In April, Philip Meaden took up the post of Principal of Leeds College of Music. As a student, Meaden had attended the Royal Academy of Music, where he trained as an organist. "Now I conduct more than I play - though I do play a bit," he says. "I'm more a performer than a researcher. I come from that background. I worked as a professional performer for the better part of ten years when I left the Academy."
"Then I took a job as assistant director of music at Alleyn's School, in Dulwich, which gave me a London base for my performing activity. But gradually I got drawn in. First I was seduced by the teaching side of things, which I really enjoyed. Then I was offered the post of Director of Music, which was great, because it gave me a chance to make more of a difference to what was going on. Gradually I got drawn in – first to teaching and then to administration. Slowly, the playing went. I did start a PhD from a research point of view, on Mendelssohn's relationship with the Philharmonic Society, as I was particularly interested in nineteenth-century performance practice. Again, I came from the performance side, rather than the academic side. I went from Alleyn's in Dulwich to be Director of Studies at Trinity College of Music, and then to be assistant principal at Trinity. I continued in the role of strategic development consultant at Trinity when I went to Benslow as chief executive. "
"The combination of the consultancy at Trinity, down at Greenwich, and the post at Benslow, up in Hitchen, just killed the research side of things. I was too busy, with no time. Now I still read around the subject, but my interest is in the research informing a performance. One real luxury, which I didn't enjoy when I was just playing all the time, is that I can actually prepare each programme properly, both from a research point of view and from the actual playing side of things."
"Coming to Leeds, people have been extremely welcoming, though I've never lived here, or worked here, or had any connection – though my wife went to university here, which helps. She knows the city quite well. We're both delighted to be here."
"Leeds College of Music is fascinatingly poised. The college joined the Higher Education sector three years ago. What excited me about coming here was the opportunity to consolidate the college's position as a new Higher Education Institution, and also the real breadth of what goes on here – jazz, popular music and music production, running alongside the traditional stream of a conservatoire. Without a shadow of a doubt, it's the way forward."
"I'd like Leeds College of Music to be the college of choice for forward thinking musicians. In that, I embed a lot of what we did at Trinity, which was to make the college the conservatoire for the region, so that it's rooted in its community with students out there as part of the community. At Leeds we have more than 1,000 students in our access and outreach departs now, a big operation."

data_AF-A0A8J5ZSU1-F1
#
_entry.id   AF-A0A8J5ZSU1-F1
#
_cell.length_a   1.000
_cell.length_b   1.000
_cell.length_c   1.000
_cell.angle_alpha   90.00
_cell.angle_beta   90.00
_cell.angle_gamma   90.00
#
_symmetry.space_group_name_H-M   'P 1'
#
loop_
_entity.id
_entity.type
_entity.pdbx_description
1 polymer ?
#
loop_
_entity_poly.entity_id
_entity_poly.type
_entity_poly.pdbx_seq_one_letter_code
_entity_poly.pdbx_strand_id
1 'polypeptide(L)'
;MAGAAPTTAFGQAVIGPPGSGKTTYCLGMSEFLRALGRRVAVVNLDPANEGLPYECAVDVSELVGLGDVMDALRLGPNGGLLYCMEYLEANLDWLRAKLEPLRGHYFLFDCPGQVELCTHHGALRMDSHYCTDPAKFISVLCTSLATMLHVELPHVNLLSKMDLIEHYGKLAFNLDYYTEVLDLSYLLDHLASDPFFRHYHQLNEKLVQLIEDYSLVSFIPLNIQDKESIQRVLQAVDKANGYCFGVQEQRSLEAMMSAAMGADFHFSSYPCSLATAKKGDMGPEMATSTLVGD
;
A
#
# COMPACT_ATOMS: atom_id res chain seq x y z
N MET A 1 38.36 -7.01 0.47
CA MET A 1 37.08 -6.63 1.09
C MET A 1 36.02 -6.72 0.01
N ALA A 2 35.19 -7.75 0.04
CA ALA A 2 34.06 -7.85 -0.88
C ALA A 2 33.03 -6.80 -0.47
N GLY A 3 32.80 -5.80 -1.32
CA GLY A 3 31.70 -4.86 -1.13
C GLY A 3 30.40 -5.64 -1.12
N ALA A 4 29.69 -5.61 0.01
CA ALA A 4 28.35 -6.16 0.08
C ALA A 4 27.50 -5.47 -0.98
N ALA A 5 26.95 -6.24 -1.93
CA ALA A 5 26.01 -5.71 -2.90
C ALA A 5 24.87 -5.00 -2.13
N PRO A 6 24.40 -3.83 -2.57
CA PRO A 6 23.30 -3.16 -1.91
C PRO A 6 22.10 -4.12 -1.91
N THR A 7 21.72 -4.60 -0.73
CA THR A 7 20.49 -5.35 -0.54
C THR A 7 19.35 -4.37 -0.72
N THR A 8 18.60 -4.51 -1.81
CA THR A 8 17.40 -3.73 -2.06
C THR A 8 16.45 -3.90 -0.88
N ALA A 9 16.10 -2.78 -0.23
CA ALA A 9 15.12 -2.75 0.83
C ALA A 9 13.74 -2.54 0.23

"I'm hoping that there will always be a market for the elite, top end, concert platform. There's also a growing market for versatile performers, those who have an awareness of different genres, but are not necessarily equally fluent in all of them. Here, they work with a community, as part of a community. I do feel very passionately about that; Leeds is ahead of the game. It doesn't sell itself enough in that way; there's a job to do. So it's those three things: to make it the conservatoire of choice for that kind of musician; that it's renowned for the distinctiveness and quality of its provision – there's a lot to celebrate here - and the fact that it's relevant, that it's part of its community, that our students will leave here as employable, versatile and relevant musicians."
Meaden intends to build on the achievements of his predecessor, David Hoult. "We've got all the right things here. We have the student hall of residence, which is brand new and right on top of the building, so that the students have immediate access to the facilities here. Actually, that sets up an interesting set of expectations, which aren't necessarily present in the other conservatoires. There, the students live some distance away. Here, the students expect access to resources in a way that we aren't necessarily able to provide - yet. There's a bit of a tension there. But on the whole it's a brilliant thing. David Hoult did a great job with the hall of residence, a great job with The Venue [the college's new concert hall], and a great job in terms of moving the college into the Higher Education sector from the Further Education sector. Quite clearly, that's where its mission should be placed."
One immediate change is that Philip Meaden hopes be more visible than David Hoult was able to be. Meaden has already relocated to Leeds. Enjoying the city's rich musical community (which supports the International Piano Competition, Opera North and the Conducting Competition) is part of making more of a difference to what's going on. It's a good start.